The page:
of Kharkiv (a former criminal convict, backed by Yanukovych’s Party of
Ukraine’s Regions) orchestrated a pro-Russian rally to which about two
thousand participants from the nearby Russian city of Belgorod were brought
across the border. To avoid any clashes, the Co-ordinative Council of the
Maidan for Europe cancelled its own rally, previously summoned at the same
time and place. After the end of the pro-Russian rally a large group of
well-trained fighters, armed with bats, compliance weapons and tear-gas
attacked the building of the Provincial Administration and severely beat
its defenders, throwing them afterwards in the midst of the enraged
pro-Russian (and largely imported from Russia) crowd striking and kicking
them. The police, corrupted by the Mayor Kernes, did not intervene.

Among the injured defenders of the Provincial Administration were Serhii
Zhadan, a writer of international renown, and one of the members of our
Society Valerii Romanovskyi, PhD, Assistant Professor in the Ukrainian
Academy of Culture in Kharkiv.

Russian official propaganda and media try to portray the supporters of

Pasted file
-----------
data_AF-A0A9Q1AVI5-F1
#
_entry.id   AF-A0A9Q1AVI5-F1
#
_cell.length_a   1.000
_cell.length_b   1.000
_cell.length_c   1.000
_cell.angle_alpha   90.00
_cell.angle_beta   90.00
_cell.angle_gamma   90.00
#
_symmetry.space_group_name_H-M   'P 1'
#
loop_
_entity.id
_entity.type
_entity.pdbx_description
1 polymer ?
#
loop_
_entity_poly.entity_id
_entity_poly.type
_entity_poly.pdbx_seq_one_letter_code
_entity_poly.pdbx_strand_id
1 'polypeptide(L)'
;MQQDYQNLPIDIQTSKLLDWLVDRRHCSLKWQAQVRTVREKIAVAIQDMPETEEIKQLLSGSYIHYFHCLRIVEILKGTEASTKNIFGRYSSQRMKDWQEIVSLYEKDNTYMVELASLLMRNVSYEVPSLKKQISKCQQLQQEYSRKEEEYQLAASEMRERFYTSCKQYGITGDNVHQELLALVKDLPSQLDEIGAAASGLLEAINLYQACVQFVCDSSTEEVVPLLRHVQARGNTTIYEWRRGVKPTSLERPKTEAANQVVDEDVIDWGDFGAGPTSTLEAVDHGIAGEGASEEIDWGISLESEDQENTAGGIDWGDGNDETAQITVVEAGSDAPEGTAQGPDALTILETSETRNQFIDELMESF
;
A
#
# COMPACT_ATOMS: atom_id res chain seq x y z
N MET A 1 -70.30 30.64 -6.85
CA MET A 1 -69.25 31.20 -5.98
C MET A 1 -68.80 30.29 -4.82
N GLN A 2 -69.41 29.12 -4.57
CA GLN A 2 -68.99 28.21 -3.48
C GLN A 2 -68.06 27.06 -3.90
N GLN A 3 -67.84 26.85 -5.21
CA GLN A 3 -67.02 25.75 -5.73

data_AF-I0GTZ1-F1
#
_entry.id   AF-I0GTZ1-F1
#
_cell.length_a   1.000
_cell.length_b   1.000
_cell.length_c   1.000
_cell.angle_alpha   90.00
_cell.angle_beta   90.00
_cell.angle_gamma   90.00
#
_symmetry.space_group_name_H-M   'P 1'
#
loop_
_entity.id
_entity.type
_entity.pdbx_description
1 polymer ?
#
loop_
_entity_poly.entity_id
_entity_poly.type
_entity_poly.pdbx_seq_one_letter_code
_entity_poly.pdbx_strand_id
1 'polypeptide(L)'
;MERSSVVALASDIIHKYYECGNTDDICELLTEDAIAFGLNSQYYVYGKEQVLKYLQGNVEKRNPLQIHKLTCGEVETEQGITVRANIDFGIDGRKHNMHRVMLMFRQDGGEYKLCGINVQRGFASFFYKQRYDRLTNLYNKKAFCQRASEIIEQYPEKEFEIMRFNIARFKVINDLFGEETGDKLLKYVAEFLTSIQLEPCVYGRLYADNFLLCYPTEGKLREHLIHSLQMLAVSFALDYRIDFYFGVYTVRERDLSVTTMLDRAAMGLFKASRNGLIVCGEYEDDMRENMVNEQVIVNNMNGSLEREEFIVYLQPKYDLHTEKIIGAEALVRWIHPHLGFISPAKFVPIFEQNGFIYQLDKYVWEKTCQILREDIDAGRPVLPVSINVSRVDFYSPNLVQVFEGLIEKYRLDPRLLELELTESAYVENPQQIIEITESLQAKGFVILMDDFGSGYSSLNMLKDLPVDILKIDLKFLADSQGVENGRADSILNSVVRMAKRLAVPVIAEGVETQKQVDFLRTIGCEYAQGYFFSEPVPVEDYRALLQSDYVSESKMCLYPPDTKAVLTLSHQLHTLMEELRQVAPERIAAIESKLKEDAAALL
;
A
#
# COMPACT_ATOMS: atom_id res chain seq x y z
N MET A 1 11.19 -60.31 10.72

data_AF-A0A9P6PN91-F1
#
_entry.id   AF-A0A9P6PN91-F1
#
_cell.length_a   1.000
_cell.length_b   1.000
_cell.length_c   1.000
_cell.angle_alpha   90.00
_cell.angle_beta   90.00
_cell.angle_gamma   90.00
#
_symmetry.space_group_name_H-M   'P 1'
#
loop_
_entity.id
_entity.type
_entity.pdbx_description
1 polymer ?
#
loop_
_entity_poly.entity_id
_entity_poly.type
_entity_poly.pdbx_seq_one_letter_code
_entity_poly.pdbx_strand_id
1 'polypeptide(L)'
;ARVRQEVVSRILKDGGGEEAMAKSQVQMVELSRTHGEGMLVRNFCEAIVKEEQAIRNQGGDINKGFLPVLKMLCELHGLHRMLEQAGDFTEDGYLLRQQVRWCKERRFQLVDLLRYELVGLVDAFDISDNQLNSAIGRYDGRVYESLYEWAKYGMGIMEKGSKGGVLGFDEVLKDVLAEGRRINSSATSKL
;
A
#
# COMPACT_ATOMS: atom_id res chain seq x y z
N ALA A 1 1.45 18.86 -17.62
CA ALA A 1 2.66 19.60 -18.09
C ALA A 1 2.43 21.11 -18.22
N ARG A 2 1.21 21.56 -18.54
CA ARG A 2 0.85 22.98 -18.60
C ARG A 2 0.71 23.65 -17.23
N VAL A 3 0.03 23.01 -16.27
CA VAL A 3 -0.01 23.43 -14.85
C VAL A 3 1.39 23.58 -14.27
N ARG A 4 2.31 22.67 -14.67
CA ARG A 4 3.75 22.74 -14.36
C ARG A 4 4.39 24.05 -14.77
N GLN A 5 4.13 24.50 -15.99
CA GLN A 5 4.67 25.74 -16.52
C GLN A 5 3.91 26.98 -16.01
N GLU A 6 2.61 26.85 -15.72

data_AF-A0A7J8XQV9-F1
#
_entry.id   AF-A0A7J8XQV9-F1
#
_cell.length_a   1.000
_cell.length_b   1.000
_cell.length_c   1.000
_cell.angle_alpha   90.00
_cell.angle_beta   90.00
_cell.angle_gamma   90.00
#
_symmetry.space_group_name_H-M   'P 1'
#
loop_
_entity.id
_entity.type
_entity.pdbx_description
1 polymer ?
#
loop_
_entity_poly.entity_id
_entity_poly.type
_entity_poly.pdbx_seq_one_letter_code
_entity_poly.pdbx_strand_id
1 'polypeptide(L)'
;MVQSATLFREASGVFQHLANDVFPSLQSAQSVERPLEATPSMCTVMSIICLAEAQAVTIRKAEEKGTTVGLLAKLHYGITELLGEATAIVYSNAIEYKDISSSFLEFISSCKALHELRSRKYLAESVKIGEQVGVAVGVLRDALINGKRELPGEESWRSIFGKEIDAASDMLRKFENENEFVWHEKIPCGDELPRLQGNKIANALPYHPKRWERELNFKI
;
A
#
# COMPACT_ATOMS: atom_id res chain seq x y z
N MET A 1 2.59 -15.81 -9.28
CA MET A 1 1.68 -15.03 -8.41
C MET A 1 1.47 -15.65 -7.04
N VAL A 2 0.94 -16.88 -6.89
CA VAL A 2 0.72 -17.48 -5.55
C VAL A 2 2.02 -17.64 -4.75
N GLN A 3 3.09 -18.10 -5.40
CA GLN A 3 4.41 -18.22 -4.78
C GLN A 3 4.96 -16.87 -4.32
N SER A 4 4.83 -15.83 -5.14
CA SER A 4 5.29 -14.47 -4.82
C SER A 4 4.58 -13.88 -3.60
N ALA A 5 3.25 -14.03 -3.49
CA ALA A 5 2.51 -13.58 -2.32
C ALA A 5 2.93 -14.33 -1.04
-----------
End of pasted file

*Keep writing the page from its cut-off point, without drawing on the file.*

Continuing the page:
democracy and freedom in Ukraine as nationalist nazi-like radicals and
extremists that menace the existence of the Russian-speaking community.
This Goebbelsian rhetoric has nothing to do with the Ukrainian reality. The
nazi tendencies can rather be observed on the other side. Suffice it to say
that the person who put the Russian flag on the top of the building of
Provincial Administration of the Ukrainian city of Kharkiv, Mika Ronkainen,
is a Russian citizen and a Moscow dweller, exhibiting his overt admiration
for Adolf Hitler on the web.

There is sufficient evidence to affirm that this was a part of the
aggression against Ukraine which is now carried out on the order of the
Russian President Vladimir Putin.
In this connection, we confidently declare that the pretext of defending
the rights of Russian-speaking population in Ukraine, used by the Russian
propaganda, is a pure invention. The Russian language has always been